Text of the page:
Like almost every girl I have ever met, I read and loved all of the Little House on the Prairie books when I was young. My sisters and I had a complete set of all nine of the books narrated by our beloved Laura Ingalls. What drew me to these books — compared to my other preferred reading, which was notably more dramatic, such as Nancy Drew, the Babysitters Club, and Sweet Valley Twins — I never really stopped to consider as a child. As I read this book again yesterday, it occurred to me that some of it charm is just how foreign Laura and Mary’s life seems compared to my childhood and that of most American children in the twentieth (and now twenty-first) century. These books portray children who were a vital part of their families: they had important jobs to do and a role to play that was essential to the family’s survival. Compared to Laura and Mary’s life, my life of playing, reading, relaxing, and more playing seemed exorbitantly luxurious and easy beyond measure.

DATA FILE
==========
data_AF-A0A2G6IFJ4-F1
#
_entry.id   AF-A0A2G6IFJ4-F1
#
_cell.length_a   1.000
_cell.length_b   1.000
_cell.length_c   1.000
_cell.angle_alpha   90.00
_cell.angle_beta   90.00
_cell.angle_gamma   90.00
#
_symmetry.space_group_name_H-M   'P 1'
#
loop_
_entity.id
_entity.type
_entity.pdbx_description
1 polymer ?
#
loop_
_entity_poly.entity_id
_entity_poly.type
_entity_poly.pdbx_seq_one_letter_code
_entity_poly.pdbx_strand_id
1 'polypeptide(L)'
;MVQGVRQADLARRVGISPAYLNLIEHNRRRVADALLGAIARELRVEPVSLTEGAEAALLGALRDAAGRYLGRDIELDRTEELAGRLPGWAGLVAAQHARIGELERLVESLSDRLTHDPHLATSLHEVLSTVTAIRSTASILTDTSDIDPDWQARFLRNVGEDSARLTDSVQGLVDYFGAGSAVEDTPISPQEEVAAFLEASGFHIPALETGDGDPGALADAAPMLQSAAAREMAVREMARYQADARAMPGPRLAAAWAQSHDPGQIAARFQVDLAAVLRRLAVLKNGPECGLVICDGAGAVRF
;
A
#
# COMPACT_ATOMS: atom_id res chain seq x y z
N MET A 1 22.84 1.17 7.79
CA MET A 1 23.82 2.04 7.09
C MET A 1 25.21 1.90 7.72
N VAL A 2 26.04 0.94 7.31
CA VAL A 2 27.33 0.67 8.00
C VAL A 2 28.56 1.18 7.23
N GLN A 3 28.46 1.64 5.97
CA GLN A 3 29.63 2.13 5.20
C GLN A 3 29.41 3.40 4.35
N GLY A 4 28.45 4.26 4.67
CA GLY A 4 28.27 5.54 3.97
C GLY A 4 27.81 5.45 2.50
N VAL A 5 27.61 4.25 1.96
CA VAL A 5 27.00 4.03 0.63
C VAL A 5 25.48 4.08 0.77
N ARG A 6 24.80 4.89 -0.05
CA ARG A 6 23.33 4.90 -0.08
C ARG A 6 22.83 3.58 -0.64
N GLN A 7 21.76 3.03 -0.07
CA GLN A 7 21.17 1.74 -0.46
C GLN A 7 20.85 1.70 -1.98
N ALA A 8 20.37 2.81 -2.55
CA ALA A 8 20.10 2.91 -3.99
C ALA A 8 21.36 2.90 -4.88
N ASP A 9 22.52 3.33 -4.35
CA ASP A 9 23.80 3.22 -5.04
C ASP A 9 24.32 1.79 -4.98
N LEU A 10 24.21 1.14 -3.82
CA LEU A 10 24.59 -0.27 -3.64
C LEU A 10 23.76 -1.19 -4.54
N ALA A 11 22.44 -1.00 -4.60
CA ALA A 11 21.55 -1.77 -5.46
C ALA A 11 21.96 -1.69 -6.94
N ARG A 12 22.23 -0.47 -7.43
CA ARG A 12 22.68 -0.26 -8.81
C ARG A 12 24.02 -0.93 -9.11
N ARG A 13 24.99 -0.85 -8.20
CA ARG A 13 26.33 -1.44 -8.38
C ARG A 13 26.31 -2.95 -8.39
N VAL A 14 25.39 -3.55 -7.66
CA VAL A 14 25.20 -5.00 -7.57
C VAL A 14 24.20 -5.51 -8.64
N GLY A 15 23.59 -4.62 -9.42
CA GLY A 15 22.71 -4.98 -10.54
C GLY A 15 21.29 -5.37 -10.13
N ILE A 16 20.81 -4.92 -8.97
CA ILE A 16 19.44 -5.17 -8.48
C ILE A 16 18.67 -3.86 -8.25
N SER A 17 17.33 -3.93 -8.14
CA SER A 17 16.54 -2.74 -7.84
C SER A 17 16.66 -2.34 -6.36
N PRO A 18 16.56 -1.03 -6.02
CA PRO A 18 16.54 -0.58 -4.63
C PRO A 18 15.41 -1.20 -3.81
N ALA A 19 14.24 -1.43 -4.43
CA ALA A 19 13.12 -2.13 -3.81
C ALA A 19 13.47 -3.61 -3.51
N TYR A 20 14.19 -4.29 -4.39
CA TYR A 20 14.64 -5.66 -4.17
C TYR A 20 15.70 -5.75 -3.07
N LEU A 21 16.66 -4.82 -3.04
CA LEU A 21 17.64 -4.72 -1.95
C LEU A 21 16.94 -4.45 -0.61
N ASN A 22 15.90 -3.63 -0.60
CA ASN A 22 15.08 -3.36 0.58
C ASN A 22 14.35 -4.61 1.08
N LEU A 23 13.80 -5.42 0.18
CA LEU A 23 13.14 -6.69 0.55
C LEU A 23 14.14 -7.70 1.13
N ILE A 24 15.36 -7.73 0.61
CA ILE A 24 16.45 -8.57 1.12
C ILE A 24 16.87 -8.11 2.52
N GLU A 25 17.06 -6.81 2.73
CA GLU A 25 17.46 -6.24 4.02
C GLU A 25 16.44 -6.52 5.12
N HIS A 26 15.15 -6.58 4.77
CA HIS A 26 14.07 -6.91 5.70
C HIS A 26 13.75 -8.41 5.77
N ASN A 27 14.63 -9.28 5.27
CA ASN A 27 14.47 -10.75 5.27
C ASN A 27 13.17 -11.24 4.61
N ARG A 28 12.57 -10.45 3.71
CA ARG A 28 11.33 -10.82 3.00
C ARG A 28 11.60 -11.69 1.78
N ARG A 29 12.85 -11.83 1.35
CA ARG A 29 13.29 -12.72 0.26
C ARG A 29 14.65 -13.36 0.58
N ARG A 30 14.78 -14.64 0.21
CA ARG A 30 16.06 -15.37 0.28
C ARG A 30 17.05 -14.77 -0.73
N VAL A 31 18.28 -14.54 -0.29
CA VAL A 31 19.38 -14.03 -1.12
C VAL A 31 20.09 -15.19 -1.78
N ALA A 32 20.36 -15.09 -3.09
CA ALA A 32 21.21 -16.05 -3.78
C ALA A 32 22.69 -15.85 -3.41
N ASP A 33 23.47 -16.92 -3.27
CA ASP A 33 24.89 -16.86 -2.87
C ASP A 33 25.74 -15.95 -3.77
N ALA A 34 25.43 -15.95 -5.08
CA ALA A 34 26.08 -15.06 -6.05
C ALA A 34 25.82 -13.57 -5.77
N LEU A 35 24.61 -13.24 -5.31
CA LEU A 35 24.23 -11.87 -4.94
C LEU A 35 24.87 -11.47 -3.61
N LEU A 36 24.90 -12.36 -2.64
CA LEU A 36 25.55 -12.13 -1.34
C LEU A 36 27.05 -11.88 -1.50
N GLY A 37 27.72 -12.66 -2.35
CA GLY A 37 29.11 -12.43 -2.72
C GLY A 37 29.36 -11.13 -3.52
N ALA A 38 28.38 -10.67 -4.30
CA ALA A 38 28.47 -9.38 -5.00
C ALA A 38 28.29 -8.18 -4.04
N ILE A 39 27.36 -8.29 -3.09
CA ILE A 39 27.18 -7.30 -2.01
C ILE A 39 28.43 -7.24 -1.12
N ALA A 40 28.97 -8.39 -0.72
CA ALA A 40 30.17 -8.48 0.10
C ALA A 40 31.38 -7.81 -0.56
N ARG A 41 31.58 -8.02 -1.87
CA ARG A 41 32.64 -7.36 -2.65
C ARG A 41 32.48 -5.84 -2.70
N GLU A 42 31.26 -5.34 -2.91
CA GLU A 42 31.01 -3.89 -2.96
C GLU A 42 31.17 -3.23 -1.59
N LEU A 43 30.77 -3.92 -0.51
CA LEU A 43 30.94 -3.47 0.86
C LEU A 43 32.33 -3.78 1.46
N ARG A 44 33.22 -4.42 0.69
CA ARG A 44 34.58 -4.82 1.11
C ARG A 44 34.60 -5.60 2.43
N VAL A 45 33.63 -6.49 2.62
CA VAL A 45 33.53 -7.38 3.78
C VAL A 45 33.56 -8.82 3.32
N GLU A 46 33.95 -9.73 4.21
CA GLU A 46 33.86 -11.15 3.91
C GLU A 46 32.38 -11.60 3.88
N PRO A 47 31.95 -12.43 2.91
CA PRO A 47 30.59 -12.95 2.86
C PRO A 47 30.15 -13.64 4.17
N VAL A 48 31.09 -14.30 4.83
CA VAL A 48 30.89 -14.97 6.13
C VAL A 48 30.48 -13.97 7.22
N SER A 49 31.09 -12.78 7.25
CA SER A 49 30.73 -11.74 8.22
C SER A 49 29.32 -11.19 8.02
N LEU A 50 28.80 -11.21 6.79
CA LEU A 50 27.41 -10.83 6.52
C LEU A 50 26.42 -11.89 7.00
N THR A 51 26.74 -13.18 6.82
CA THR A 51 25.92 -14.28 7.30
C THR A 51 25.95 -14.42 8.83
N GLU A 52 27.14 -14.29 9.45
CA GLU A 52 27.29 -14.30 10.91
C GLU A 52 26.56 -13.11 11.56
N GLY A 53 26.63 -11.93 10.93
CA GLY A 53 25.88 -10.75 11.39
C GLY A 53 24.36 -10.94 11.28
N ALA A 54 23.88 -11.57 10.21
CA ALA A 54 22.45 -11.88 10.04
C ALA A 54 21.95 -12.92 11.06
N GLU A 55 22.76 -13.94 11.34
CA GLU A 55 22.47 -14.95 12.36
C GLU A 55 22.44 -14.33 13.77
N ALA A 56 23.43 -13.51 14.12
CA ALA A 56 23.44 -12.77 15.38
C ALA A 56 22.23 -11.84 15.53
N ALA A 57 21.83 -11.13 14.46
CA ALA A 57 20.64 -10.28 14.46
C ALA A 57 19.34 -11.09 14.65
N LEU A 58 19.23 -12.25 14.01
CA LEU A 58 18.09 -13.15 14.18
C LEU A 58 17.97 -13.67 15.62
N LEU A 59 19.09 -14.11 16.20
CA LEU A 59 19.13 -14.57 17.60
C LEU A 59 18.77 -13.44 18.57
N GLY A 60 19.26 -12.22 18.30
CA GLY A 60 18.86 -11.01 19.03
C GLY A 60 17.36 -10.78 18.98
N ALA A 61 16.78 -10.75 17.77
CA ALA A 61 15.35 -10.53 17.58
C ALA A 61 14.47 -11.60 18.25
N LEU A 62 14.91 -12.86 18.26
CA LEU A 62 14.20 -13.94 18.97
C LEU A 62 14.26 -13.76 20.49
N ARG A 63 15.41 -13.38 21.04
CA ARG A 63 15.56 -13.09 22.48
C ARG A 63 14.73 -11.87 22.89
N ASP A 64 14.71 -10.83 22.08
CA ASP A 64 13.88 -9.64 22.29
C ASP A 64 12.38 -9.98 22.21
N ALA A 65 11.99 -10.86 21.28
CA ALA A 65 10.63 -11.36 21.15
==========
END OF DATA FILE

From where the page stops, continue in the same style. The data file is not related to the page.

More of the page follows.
As I complete the novel several other things about this book came to mind. For Laura’s parents, there was a sense of risk in every single decision they made — should they move or stay, leave now or later, travel thousands of miles with two little girls and a small baby or wait until they children were older — was considered solemnly because every decision was almost completely irrevocable. What a stark contrast to today, when almost everything we take part in can be changed, often with little to no effort at all. To move across the country and pursue a new life in 2016, might involve some risk but should it go wrong we can move back, or try another city or job, or ask a parent for a loan to help out. That was absolutely not the case for the Ingalls’. Every act and every decision took so much effort, so much time, and carried with it so much risk that undoing it was impossible.